Joab walked next to David. “You’ve been silent this entire trip home. What are you thinking about?”
David glanced up. “Can’t help but relive that scene when I first met Samuel. I smelled of sheep and sweat. His face lit up when he stared at me. He pulled the flask out from under his robe. The oil was warm. It saturated my scalp and beard. My life’s never been the same.”
The men stopped when they crested the hill and viewed an empty meadow. Joab grabbed David’s sleeve. “Where are the sheep?”
David smiled. “This could be a good sign.”
They strode across the field to the men enjoying lunch.
David cleared his throat. “What happened to the flock?”
A young man spun around so fast he toppled sideways. “Oh, David, I didn’t see you coming. Um…the sheep are being sheered. They’ll be back.”
David raised both hands in the air. “‘The LORD is my shepherd, I shall not be in want.’ Finally, some good news. It’s payday, boys.”
David slapped the young man on the back. “I want you to take nine of your friends to Carmel. Find Nabal and tell him we’ve been guarding his men and animals. See how much he gives you to bring back.”
David felt his face cool as he stood. “Were you robbed? Don’t tell me…”
The young man in charge looked at David’s feet. “Nabal said he never told you to watch his sheep so he doesn’t owe you anything.”
Heat returned to David’s cheeks. “Every man grab a sword!”
The troupe split up into twin valleys halfway to Carmel.
David rested a hand on his sword. “Doesn’t Nabal know how important protection is for his flocks? May God deal with me severely if we leave even one male child alive by the end of today.”
A woman stopped her donkey in front of David and fell at his feet. “I’m sorry, my lord. Let the blame fall on me. I wasn’t there when your young men came to Nabal. I didn’t find out until they left.”
A young man came over the hill carrying some food. “We have figs, and raisins, wine, mutton and bread. Looks like he changed his mind.”
Abigail stood. Her gaze never strayed from David’s eyes. “You are anointed by God to lead His people in battle. Even those who come to kill you can’t succeed. They’ll be slung out as a stone by God. Don’t do something you’ll only regret during your reign as king. Accept this token of my gratitude for all your men have done for us.”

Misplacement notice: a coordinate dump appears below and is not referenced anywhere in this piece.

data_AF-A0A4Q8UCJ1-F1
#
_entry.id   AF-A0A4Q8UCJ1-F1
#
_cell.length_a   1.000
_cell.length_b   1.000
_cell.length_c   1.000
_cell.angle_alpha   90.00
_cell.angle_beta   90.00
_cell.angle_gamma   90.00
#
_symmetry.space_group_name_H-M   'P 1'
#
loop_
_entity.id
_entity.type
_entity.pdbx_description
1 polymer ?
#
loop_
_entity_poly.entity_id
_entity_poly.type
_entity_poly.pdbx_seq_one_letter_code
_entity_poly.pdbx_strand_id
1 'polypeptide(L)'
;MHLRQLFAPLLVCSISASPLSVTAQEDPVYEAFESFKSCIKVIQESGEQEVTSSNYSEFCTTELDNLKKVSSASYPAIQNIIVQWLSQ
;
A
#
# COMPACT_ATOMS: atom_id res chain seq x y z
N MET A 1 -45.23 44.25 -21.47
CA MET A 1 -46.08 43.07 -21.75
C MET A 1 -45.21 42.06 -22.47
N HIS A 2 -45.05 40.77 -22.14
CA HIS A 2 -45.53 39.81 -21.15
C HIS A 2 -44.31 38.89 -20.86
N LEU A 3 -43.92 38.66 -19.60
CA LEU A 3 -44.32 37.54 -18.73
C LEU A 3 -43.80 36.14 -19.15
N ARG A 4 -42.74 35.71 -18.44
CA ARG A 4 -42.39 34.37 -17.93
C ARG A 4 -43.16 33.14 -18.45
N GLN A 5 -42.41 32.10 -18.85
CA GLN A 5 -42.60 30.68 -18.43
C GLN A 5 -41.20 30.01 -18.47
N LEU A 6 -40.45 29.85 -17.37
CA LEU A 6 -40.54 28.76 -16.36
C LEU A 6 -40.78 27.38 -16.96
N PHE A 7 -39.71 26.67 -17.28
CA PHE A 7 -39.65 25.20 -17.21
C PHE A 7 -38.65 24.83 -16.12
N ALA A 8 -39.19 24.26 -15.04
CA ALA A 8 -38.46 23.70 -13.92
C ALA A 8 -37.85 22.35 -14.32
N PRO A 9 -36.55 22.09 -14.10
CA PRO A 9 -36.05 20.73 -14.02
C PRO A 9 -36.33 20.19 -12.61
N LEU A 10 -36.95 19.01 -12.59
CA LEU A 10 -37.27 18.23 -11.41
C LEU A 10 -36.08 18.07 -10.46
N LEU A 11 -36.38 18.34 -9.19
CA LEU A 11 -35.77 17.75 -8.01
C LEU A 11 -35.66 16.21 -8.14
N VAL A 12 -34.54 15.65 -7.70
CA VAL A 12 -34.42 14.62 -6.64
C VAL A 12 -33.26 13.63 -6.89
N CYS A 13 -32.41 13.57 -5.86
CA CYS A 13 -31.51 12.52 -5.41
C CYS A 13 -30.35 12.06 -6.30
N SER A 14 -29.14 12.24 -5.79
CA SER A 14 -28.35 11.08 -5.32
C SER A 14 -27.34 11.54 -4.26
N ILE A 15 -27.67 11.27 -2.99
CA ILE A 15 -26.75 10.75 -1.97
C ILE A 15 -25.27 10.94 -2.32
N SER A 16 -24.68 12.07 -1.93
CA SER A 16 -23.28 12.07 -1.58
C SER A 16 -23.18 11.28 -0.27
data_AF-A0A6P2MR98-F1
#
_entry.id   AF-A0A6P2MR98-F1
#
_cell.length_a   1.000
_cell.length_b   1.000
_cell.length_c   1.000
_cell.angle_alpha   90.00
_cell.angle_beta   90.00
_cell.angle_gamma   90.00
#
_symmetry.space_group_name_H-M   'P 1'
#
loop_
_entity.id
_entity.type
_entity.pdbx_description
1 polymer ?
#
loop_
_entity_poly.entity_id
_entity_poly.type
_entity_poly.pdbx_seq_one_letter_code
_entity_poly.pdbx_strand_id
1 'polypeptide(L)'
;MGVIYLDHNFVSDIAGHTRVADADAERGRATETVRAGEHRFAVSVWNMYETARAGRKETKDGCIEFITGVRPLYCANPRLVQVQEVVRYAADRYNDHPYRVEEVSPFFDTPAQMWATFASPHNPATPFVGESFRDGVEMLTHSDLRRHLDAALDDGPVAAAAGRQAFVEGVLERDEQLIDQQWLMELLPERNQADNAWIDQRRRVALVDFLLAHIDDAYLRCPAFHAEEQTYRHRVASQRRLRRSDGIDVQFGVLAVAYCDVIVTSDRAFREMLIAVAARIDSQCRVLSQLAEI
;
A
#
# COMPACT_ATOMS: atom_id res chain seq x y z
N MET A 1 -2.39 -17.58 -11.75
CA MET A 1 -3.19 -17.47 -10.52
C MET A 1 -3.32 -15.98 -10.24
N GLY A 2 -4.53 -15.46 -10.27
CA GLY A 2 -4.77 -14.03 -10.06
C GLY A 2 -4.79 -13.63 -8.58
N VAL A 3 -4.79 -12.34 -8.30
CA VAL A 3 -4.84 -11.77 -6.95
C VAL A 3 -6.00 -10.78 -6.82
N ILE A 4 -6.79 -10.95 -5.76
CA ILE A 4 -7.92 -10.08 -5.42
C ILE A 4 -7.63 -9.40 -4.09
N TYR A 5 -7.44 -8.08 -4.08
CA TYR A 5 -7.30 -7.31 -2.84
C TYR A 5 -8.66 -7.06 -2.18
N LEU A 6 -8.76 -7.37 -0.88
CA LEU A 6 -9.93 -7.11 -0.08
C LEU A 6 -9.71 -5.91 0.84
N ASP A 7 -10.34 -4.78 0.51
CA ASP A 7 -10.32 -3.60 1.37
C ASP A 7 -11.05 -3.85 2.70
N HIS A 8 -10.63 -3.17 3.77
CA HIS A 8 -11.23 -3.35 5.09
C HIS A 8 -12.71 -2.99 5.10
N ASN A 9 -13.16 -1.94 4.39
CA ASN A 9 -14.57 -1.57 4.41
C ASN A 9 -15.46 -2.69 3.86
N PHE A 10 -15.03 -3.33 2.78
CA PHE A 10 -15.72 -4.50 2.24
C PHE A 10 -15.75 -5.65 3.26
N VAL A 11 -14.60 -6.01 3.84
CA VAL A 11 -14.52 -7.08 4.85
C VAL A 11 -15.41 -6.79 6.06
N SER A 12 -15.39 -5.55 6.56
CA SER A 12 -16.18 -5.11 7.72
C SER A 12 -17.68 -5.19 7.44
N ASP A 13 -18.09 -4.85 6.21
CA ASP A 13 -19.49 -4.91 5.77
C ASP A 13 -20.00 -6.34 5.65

David stepped toward Abigail and smiled. “God surely sent you today to keep me from doing something stupid. I accept your gift. Go home in peace. I won’t forget this.”
I see two things we should focus on. What set David off in a rage and what changed his course of action?
It’s recorded that David had just been to the funeral of Samuel. I’m sure the contact he had with the prophet reminded David of his appointed destiny with Israel’s throne.
Between the grief of the loss of a mentor and the added weight of the anointing oil I can understand his short fuse here. Six hundred fighting men with some families would also carry a burden for David.
In an effort to feed these people David comes across a large herd of sheep and goats. Being a former shepherd he knows how vulnerable these animals are to predators and raiding parties. Taking advantage of a win-win situation David has his men protect Nabal’s flocks.
Sheering time would be celebration time. So David finds out how grateful Nabal is for his service.
Nabal is celebrating alright, but at David’s expense. Since there’s no way of proving just how much protection David provided Nabal decides not to pay David anything. Why share his wealth with someone he never met?
So stressed-out David becomes irrational to the extreme. He doesn’t even want to try to talk some sense into Nabal.
Oh, I forgot to mention David tends toward an artistic bent which carries some strange emotional swings all its own.
So, as David’s world comes crashing down around him he becomes rash and irrational.
How in the world is God going to get his attention to stop him from making a huge mistake? A beautiful woman is a sure-fire way to get an artistic man’s attention.
Abigail knows she has a fool for a husband, especially since that’s what his parents named him. Nabal means fool in Hebrew. So, she wastes no time in springing into action. She gathers enough food to feed an army, since that’s what David has, and sends it on ahead of her into hurricane David.
She also doesn’t waste time in explaining to David how stupid he’s being and that he’ll only regret what he’s planning on doing. Yeah, this story had more than one fool in it.
[Tweet “David’s men would follow him anywhere. Choose your battles wisely.”]
So, what are our take-aways here? I see a series of don’ts and do’s.
- Don’t make any important decisions during a time of grief. David wasn’t thinking straight in this stressful time and neither will you. Step back and assess your situation with the distance of time as much as you can.
- Don’t get others to follow you into making your rash decision. David’s men would follow him anywhere. That would be crucial in battle, but choose your battles wisely.
- Do listen to counsel from others involved. Abigail took a chance on approaching David. Women weren’t often listened to in that culture. David showed wisdom in heeding her advice.
- Do step in to fix other’s blunders. Abigail could have let David take Nabal’s life and ended up as David’s wife anyway. By doing what her husband should have done she avoided much unnecessary bloodshed.
David would put up with a lot of ridicule later in his life. I think the lesson he learned here stuck with him.
Let’s learn his lesson from him.
I’ll see you later. Wade